Friday, December 22, 2017

Fejérváry-Mayer Codex icons

Ok, so I'm working on some Aztec themed maps and I'm building a collection of icons from the Fejérváry-Mayer codex. Most of the images are 200x200px and some, such as the Aztec world are around 400x400px. All are PNG with transparency so you can easy apply them to any background or underlying texture.

This first set of images contains the gods Mictlantecutli, Tonatiuh, Tezcatlipoca, and Xolotl, as well as the Aztec cosmos and a few extra images of travelers.

These images are available in a Creative Commons Attribution-NonCommercial-ShareAlike 4.0 International (CC BY-NC-SA 4.0) licence in accordance with the British Museum's codex licence.

Feel free to download the images from the following link:

Don't forget to follow my blog for updates!

Saturday, October 28, 2017

Are we a step away from 3D augmented reality rpg tabletops?

Wow! That's quite a term there on the post title, LOL!

If you're a player from the 80's like myself you certainly remember seeing or at least listening the song "Take on me" by a-ha and of course there's Star Wars, right?

Well a few apps nowadays deliver technologies that promise a not so distant 3D augmented reality rpg tabletop.

The following app (to available in the app store :( ) uses ARkit to recreate a realtime Take on me video using your own house.

Pretty cool huh!

Now the latest Disney app is also an augmented reality game that allows you to engage in light sabre duels inside a virtual reality.

The game, as you can see in the video, also allows for holochess and strategic combat (a 3D rpg tabletop). Put all this together and we have a virtual 3D rpg tabletop that doesn't stop there. Turn around to see fellow players in their PC outfit (talk about larping!).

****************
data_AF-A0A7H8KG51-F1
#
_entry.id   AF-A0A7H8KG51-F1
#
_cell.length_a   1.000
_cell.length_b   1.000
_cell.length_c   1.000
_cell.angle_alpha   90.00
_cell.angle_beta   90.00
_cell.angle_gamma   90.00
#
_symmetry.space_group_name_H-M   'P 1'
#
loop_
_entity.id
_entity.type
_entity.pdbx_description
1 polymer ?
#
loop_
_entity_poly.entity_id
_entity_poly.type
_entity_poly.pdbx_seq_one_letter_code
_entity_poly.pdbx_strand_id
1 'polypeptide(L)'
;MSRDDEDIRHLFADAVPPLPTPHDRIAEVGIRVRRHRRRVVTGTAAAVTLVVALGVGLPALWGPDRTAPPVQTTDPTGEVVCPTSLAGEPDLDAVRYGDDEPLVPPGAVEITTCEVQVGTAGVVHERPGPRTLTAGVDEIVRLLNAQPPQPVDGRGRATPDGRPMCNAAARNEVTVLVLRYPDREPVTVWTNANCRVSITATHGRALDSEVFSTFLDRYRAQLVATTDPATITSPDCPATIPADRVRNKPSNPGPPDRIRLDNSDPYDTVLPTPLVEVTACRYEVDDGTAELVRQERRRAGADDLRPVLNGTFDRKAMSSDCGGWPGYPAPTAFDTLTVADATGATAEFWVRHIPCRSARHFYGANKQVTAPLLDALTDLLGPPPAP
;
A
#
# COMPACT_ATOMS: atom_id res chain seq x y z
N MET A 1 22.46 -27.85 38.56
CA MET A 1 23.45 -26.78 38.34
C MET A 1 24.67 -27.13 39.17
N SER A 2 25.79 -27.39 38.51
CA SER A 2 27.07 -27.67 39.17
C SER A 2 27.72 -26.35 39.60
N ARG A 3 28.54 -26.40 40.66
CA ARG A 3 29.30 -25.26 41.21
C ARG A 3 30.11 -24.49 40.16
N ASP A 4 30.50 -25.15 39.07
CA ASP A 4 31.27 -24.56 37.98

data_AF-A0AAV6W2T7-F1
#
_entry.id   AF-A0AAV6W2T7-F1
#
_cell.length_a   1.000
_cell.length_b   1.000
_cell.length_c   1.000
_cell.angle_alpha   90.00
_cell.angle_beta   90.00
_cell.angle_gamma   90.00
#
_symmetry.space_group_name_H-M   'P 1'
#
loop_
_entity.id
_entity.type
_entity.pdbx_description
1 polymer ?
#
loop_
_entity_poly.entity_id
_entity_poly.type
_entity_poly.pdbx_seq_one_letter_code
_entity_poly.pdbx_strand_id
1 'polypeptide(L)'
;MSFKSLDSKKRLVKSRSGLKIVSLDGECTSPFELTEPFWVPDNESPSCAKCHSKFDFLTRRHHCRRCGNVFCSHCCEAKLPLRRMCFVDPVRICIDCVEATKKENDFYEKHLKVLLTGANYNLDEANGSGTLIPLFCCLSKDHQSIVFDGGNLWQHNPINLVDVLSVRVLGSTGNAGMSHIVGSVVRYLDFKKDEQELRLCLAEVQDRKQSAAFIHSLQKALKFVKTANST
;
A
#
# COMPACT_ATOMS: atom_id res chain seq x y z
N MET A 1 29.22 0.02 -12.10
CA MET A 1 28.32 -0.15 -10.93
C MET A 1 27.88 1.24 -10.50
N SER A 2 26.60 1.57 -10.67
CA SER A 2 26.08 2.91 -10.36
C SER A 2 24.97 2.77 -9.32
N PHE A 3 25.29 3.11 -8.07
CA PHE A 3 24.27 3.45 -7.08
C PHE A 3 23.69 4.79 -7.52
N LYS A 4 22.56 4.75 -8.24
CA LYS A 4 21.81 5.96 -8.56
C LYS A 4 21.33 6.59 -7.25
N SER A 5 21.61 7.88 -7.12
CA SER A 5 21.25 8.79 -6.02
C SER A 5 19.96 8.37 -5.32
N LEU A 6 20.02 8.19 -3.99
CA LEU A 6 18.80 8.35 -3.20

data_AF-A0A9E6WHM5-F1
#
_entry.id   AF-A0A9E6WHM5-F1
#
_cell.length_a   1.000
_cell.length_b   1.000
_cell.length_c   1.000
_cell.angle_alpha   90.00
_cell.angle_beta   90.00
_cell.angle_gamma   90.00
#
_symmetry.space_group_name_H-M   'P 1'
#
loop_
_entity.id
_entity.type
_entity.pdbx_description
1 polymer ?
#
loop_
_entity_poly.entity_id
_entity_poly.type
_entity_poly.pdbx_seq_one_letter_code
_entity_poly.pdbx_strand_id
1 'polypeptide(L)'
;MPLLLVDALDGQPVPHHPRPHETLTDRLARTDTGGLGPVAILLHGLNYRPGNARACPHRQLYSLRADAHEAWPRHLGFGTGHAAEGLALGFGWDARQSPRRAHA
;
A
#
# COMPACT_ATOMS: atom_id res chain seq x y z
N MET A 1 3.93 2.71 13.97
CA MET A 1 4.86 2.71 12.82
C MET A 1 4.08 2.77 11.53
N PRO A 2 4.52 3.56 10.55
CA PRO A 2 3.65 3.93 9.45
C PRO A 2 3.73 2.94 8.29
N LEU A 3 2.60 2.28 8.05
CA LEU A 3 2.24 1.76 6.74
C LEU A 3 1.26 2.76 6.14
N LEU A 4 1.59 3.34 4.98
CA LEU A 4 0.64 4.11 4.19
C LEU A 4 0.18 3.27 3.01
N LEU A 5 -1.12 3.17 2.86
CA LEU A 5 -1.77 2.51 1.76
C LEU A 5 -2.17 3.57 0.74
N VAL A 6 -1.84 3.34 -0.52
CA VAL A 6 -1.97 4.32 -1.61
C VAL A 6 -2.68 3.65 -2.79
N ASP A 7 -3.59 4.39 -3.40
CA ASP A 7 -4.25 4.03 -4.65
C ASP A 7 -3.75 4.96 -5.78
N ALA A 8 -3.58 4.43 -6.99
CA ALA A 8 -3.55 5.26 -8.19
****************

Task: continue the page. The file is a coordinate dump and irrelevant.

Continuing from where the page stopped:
I can certainly see a market here for tools and specially content. I see huge potential in 3D virtual tabletop figures the likes we haven't seen since the 80's. Ral Partha anyone?

Thoughts? 3D printing of figures is already a big thing, as are virtual "sprite" tabletops on a screen, but this is quite a step forward that will require a lot of investment and having a standard platform game shops can provide content for. How would this work for you as a player?

Monday, June 26, 2017

Character progression in the Black Swan System

Last post I introduced the Black Swan System and it's resolution mechanics based on a skill system that maps to a particular 3d8 die roll. Instead of adding more dice, the skill mechanism allows you to reroll and add low values, the higher your skill the higher the values you can reroll. For example the "trained" skill level allows you to reroll any ones rolled. The next level, "skilled", allows you to reroll ones and twos. In turn "experienced" allows you to reroll ones, twos and threes, and so forth until you get to "legendary" which allows you to reroll values between one and six (inclusive).

It was also pointed out that there is no upper limit to any of the rolls. A "trained" roll can equal a "legendary" roll since, improbable as it may be, the player rolling for "trained" can get a streak of 20 ones and just keep adding to the roll and in that manner inch its way to beating an opposing "legendary" opponent that just happens to roll a low or at best an average "legendary" roll. But how far apart is the average "skilled" roll from an average "legendary" roll? In other words how much do I need in modifiers to (on the average) equal one with the other.

Turns out the modifier bonus required to equal a "skilled" roll to a "legendary" roll is in the order of +23. That's quite a bit! Thinking in D&D combat terms, that's like matching a 1st level fighter with a 20th level fighter!

The chart below shows the difference between the rolls' mean values.

Unqualified Trained Skilled Experienced Expert Master Legendary
Unqualified 0 2 4.5 8 12.5 19 27.5
0 2.5 6 10.5 17 25.5

0 3.5 8 14.5 23

0 4.5 11 19.5

0 6.5 15

0 8.5